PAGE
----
If you didn’t grow up in the south, you might not know The Black Eyed Peas are more than just a great band that sings “Rock Your Body,” black-eyed peas are a lean, mean bean that can make it happen!
One cup of cooked black-eyed peas has 16 grams of protein. They’re also high in fiber, vitamins, minerals and cancer fighting phyto-chemicals… but have only 1 gram of fat.
Still, even though black-eyed peas—and any beans or legumes—are so good for us, they still have about 220 calories a cup. Which means, if you’re trying to lose weight, you want to mitigate the calorie load where you can.
By simply adding other fresh vegetables to your almost cooked (or already cooked) beans, you get their satisfying texture, flavor and nutrition without breaking the calorie bank. They’re also tastier and way more beautiful this way.
(Use dried beans for this, not canned or frozen. If you’ve never done that before, I’ll walk you through it. Cooking the beans from scratch is not only cheaper, it makes a super flavorful broth and, once you have it, you’ll never make them any other way!)
BLACK-EYED PEAS WITH GREEN BEANS AND RED PEPPERS
1 cup dried black-eyed peas
2 t. dried oregano
1-2 T. minced garlic (matter of taste here, if you like garlic, go for 2)
1 t. black pepper
¼ cup chopped onion
2 tsp salt (do not add until near the end or beans get weird)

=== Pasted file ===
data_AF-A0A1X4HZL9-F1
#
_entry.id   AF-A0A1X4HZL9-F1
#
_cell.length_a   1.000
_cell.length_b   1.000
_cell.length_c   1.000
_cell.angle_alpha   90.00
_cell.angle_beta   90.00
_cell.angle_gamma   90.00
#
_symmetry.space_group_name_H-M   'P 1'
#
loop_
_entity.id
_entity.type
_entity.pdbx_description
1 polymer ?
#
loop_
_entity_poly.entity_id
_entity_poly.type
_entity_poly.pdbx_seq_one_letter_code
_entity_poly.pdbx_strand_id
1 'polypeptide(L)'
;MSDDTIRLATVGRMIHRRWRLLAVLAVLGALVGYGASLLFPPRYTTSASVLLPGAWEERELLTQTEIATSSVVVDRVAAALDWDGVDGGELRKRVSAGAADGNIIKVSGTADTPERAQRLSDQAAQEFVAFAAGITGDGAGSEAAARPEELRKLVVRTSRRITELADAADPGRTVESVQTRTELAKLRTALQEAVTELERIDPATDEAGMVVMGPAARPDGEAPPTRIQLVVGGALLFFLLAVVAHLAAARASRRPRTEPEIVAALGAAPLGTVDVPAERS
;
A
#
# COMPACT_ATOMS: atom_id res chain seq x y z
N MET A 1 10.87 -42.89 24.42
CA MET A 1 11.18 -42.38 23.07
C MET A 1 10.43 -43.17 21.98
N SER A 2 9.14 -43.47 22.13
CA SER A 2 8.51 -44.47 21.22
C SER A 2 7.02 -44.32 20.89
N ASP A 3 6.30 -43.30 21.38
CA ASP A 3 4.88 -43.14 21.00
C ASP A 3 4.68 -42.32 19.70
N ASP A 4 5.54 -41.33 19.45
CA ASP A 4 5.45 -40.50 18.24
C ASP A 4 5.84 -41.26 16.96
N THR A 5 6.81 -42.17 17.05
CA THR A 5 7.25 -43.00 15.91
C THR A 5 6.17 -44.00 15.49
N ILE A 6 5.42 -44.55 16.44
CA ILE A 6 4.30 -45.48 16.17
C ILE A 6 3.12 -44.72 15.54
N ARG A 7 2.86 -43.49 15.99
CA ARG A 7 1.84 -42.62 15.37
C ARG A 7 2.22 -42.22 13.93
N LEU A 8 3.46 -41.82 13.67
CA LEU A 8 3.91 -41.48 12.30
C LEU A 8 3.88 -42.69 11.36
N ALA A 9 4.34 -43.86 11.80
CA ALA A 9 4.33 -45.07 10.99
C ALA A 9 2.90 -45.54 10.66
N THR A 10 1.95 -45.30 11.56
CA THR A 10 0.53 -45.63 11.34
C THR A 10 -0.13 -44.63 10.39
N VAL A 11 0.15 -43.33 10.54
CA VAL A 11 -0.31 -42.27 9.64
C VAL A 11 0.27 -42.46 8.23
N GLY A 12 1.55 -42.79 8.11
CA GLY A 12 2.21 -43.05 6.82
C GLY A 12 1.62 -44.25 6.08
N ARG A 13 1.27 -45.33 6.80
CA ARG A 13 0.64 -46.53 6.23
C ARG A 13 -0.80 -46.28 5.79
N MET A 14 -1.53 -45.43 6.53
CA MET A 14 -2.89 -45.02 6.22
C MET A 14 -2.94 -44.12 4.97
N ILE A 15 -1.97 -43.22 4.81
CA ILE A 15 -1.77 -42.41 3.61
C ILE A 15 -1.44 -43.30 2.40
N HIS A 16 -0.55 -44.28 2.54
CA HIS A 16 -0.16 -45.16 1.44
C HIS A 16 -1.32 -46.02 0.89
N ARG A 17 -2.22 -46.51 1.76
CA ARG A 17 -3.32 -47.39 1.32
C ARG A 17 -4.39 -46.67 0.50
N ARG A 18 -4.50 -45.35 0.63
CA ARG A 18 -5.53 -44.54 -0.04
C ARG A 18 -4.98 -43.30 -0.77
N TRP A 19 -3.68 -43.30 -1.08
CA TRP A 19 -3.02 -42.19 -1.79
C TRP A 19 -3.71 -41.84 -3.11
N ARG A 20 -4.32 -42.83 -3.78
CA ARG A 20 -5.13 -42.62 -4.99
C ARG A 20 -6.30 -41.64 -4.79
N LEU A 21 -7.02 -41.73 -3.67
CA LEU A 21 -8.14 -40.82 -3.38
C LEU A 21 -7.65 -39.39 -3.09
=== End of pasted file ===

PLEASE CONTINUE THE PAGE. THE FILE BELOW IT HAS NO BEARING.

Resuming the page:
1 pound frozen haricot verts (skinny green beans) or one package fresh whole green beans in microwavable bag.
1 red bell pepper, already grilled or oven roasted, sliced into strips
Rinse your dried black-eyed peas, put them in a pot and cover with 4 inches of water. You can soak them overnight (or at least 4 hours) or do what I do most of the time, which is use the “quick soak” method. That just means you put the beans and water on a high flame and boil them for a minute or two. Turn the heat off and let them soak for just one hour. I do not dump out that water, I just add more to it—enough to get back to 4 inches covering the beans—and then turn them back on to cook.
Let them cook for about 20 minutes and toss in the onion and the salt.
Cook another 10 minutes and taste a few beans and the broth. (You want the beans to still have a little al dente quality because they’ll continue to soften after you add the green beans and soften even further after you turn off the flame. You want them to end up tender but don’t want them to turn to mush.)
Now add the green beans.
If using frozen green beans or haricot verts, just toss them into the pot, stir, and cook for another few of minutes–until they are tender but still bright green–and turn off the heat.
PLAY WITH YOUR FOOD
If you don’t have fresh red bell peppers, use sliced cherry or grape tomatoes to add color, taste and texture.